POGO Asks Defense Secretary to Cut B61 Bomb Program FundingTweet
April 18, 2013
The Project On Government Oversight (POGO) is once again requesting that the Departments of Defense and Energy review the B61 nuclear bomb program in Europe. Last year POGO wrote to then-Secretary of Defense Leon Panetta regarding the ever increasing costs of the life extension program for these bombs, but did not receive a substantive response. As costs continue to climb, we are hopeful that current Defense Secretary Chuck Hagel will finally put this pricey Cold War-era program to bed.
There are approximately 200 B61 bombs deployed and stored at six bases in five European countries as part of NATO’s defense. Given the magnitude of U.S. fiscal concerns, the taxpayer can no longer afford the skyrocketing costs of this program:
Since POGO first raised the issue, the total cost estimate for extending the life (called a life extension program, or LEP) of B61s has grown from approximately $4 billion to $10 billion total, according to the Pentagon. Approximately half of the U.S.’s B61s are deployed in Europe, thus the cost to complete the LEP for our NATO allies is approximately $5 billion. Furthermore, the annual budget for the B61 LEP is set to increase by over 300 percent from $126 million in FY2012 to $537 million in FY2014, according to the latest numbers from the National Nuclear Security Administration (NNSA). The funding increase “reflects the continued ramp-up” of engineering and testing, according to the budget.
But cost overruns are just the beginning in this troubled program. Questions have also been raised over the military effectiveness of the deployment of these nuclear bombs in Europe. For example:
Currently, ranges to potential adversary targets outside NATO-friendly territories are such that multiple, in-flight refueling would be required. The concern is that these aircraft would run out of gas while engaged in the mission over adversary territory.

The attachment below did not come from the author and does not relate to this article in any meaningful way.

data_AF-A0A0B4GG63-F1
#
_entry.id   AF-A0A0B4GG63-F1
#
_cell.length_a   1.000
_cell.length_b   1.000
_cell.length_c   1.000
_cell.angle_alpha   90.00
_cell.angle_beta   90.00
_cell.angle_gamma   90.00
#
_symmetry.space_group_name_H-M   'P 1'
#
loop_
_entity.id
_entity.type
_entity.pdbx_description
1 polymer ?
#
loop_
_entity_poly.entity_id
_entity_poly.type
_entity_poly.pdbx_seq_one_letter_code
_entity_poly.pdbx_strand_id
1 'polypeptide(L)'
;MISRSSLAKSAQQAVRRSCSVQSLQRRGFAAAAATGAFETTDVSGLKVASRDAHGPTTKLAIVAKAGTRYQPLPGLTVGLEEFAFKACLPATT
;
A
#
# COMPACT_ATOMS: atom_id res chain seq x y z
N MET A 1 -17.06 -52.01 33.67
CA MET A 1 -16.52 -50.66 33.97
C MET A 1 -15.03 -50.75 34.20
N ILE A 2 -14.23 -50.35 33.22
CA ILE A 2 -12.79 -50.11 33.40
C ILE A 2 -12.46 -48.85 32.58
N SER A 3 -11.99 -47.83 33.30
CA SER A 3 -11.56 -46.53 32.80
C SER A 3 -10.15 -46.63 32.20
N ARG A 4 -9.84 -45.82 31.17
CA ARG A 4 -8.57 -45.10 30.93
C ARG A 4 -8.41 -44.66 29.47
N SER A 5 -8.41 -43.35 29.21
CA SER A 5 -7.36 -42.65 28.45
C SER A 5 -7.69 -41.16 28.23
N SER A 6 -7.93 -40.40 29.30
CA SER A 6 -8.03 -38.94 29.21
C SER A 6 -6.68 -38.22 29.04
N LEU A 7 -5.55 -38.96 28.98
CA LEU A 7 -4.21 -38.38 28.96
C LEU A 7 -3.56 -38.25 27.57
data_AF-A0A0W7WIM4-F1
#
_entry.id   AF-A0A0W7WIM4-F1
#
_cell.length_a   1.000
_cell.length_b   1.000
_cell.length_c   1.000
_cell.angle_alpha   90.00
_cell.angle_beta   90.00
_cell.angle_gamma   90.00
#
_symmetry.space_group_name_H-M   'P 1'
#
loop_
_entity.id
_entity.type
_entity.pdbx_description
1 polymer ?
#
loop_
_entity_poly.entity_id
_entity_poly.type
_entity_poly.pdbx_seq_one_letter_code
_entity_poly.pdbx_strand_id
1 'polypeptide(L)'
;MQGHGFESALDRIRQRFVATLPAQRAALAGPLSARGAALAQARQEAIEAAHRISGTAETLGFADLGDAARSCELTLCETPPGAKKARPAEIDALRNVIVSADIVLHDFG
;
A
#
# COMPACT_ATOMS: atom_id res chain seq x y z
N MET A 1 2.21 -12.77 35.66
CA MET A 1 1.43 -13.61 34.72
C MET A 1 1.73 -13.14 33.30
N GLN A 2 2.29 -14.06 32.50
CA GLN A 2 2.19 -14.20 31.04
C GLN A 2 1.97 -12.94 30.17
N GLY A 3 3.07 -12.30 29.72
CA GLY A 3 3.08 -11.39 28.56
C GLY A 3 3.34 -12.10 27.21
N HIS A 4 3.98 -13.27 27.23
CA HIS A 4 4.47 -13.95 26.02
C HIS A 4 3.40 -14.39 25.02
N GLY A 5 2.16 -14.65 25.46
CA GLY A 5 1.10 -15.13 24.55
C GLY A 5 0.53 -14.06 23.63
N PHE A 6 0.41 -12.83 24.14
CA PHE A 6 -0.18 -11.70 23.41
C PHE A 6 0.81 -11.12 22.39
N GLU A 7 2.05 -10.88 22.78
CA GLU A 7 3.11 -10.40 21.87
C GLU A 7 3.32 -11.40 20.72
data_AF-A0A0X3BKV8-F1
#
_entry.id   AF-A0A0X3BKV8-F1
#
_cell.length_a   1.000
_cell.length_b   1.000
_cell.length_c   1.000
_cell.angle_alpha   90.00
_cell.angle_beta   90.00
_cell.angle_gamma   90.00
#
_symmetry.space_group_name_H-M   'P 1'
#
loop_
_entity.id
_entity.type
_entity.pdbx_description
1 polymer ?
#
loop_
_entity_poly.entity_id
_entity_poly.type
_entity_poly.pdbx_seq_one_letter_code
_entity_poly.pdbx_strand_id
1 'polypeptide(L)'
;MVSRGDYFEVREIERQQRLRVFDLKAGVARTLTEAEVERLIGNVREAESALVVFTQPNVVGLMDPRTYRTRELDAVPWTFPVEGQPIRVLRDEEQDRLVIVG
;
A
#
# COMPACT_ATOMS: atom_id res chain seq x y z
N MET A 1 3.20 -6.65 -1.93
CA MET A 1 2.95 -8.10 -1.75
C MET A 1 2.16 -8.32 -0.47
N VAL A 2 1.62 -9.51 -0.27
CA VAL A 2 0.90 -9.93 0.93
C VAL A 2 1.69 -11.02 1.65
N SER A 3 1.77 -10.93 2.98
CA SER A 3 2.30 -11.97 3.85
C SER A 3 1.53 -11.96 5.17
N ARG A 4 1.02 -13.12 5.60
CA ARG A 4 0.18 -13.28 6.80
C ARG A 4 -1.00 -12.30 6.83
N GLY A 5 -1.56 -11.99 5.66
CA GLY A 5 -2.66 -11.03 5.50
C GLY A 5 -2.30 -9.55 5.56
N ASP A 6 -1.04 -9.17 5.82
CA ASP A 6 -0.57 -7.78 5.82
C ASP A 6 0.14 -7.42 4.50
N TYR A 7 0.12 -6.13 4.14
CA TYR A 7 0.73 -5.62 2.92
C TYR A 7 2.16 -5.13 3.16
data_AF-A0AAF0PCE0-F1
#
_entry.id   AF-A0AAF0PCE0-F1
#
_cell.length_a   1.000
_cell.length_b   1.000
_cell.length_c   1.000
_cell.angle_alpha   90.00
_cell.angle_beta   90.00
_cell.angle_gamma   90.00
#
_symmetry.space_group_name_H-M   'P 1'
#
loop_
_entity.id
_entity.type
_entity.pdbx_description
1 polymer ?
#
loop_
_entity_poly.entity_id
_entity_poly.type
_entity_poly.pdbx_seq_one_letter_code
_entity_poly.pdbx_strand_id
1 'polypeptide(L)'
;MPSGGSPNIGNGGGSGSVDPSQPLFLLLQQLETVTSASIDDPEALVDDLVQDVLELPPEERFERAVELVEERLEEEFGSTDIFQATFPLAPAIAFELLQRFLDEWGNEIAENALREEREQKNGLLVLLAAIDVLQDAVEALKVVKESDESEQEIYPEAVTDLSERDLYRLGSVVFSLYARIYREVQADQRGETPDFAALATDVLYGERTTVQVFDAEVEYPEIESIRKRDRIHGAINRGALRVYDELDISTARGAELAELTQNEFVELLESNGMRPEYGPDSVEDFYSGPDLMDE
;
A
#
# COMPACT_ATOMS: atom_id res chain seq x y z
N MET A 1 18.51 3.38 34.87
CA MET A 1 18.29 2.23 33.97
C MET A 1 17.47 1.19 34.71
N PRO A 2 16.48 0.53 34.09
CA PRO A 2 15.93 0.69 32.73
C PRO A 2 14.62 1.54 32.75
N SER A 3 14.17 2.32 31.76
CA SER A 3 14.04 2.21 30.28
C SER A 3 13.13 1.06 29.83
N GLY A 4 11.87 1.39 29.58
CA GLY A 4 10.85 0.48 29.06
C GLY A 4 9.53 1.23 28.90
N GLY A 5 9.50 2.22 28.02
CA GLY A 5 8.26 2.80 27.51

Furthermore there are significant security issues at the bases where these nuclear bombs are kept, and complex agreements between the U.S. and host counties place limitations on operating areas and weapons that can be used in response to an attack:
A 2008 report by a U.S. Air Force Blue Ribbon Review states that security at the host-nation locations is varied and often does not meet U.S. nuclear weapons protection standards. Physical facilities such as structures, fences, lights, and alarm systems are not well maintained.
Many of the security vulnerabilities raised in this 2008 report have yet to be fixed, and to competently and completely address them will only add to the cost of this already bloated program.
These details show that the B61 program is a relic of the Cold War and is no longer effective or relevant in a modern nuclear strategy. The U.S. taxpayer should no longer be responsible for the majority of the costs of maintaining a nuclear weapons capability in Europe, particularly in light of recent budget constraints. It is our hope that Secretary Hagel will follow through on his talk of changing existing programs and practices to ones that better suit twenty-first century realities and challenges and cut funding to the B61 bomb program in Europe.
Image from Flickr user Dabe Bezaire and Susi Havens-Bezaire.
Lydia Dennett is an investigator for the Project On Government Oversight. Lydia works on safety and security of nuclear weapons and power facilities, foreign lobbying and influence, and works with Department of Veterans Affairs whistleblowers.
Topics: National Security
Authors: Lydia Dennett
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